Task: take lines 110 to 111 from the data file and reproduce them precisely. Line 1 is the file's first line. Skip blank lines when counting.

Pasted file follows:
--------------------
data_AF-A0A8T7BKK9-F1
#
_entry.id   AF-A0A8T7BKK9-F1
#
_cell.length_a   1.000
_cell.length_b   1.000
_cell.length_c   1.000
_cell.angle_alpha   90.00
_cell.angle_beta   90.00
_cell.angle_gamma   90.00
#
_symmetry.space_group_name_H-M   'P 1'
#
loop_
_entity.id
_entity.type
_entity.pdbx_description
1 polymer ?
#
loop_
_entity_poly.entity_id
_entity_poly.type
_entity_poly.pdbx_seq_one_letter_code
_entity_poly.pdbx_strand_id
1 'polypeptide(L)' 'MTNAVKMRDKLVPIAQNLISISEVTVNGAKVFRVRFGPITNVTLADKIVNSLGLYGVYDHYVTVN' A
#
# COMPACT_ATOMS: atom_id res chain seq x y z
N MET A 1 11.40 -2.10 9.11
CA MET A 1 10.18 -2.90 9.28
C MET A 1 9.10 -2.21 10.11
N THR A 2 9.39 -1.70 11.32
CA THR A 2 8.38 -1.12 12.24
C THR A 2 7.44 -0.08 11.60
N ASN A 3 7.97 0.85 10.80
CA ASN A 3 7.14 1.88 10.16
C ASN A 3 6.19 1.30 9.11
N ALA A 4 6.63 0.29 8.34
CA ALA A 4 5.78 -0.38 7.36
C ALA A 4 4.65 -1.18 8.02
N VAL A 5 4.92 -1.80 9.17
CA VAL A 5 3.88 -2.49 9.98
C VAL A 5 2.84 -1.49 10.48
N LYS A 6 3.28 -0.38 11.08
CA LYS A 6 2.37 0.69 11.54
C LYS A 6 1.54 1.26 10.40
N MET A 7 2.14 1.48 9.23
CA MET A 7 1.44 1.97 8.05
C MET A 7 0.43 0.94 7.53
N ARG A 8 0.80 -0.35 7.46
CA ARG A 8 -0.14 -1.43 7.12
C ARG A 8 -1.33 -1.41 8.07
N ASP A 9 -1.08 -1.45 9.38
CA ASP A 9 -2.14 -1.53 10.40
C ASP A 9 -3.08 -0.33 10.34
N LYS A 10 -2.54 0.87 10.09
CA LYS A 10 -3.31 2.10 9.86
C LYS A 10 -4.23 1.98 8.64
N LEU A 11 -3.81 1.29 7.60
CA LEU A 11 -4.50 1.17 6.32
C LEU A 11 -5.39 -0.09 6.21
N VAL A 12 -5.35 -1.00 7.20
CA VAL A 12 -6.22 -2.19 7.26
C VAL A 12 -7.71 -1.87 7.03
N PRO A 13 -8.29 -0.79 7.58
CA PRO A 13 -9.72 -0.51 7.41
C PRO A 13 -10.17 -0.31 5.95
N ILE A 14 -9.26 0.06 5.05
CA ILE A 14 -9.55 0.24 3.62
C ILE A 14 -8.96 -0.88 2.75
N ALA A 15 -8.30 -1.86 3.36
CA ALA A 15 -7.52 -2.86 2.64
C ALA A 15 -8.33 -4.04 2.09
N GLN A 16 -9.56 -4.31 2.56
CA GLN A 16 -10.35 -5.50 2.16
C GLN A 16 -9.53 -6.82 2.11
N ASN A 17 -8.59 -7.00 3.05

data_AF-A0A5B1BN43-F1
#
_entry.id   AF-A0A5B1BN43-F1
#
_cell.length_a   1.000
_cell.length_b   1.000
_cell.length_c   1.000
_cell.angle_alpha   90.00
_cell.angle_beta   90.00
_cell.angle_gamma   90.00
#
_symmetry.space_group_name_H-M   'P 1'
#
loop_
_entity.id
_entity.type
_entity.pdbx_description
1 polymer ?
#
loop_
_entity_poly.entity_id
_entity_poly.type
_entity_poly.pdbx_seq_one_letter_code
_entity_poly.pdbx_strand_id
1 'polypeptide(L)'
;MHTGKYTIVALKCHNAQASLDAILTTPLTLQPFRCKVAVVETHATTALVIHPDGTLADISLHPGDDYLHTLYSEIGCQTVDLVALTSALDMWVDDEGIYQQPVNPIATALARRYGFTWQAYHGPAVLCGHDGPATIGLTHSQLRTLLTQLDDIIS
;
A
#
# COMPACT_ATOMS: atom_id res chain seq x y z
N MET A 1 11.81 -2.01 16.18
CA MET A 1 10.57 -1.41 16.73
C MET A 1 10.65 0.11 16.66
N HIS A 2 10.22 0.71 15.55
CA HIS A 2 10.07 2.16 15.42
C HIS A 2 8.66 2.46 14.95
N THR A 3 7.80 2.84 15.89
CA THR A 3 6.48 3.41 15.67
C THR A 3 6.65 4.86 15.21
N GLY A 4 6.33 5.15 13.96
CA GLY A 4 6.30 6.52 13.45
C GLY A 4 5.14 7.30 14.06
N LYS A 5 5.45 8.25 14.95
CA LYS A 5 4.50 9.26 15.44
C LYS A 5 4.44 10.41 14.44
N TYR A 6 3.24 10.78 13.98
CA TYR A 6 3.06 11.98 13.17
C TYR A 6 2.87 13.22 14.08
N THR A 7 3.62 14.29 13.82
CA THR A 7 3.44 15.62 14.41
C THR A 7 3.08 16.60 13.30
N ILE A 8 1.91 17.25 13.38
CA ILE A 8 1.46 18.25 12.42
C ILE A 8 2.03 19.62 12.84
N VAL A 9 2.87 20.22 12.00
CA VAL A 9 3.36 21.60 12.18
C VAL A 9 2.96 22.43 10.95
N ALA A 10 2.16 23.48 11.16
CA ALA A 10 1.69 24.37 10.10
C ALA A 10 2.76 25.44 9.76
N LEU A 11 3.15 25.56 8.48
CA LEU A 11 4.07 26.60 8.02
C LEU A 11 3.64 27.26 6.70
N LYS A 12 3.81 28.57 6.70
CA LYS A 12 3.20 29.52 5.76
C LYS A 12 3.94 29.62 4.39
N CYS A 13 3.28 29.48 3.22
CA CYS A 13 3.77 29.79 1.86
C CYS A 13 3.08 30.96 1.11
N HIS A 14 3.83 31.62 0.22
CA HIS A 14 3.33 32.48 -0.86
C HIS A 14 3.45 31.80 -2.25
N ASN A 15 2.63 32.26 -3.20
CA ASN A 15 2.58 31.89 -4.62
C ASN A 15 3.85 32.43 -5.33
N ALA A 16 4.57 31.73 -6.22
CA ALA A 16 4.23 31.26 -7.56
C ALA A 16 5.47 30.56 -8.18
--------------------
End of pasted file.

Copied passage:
N HIS A 2 10.22 0.71 15.55
CA HIS A 2 10.07 2.16 15.42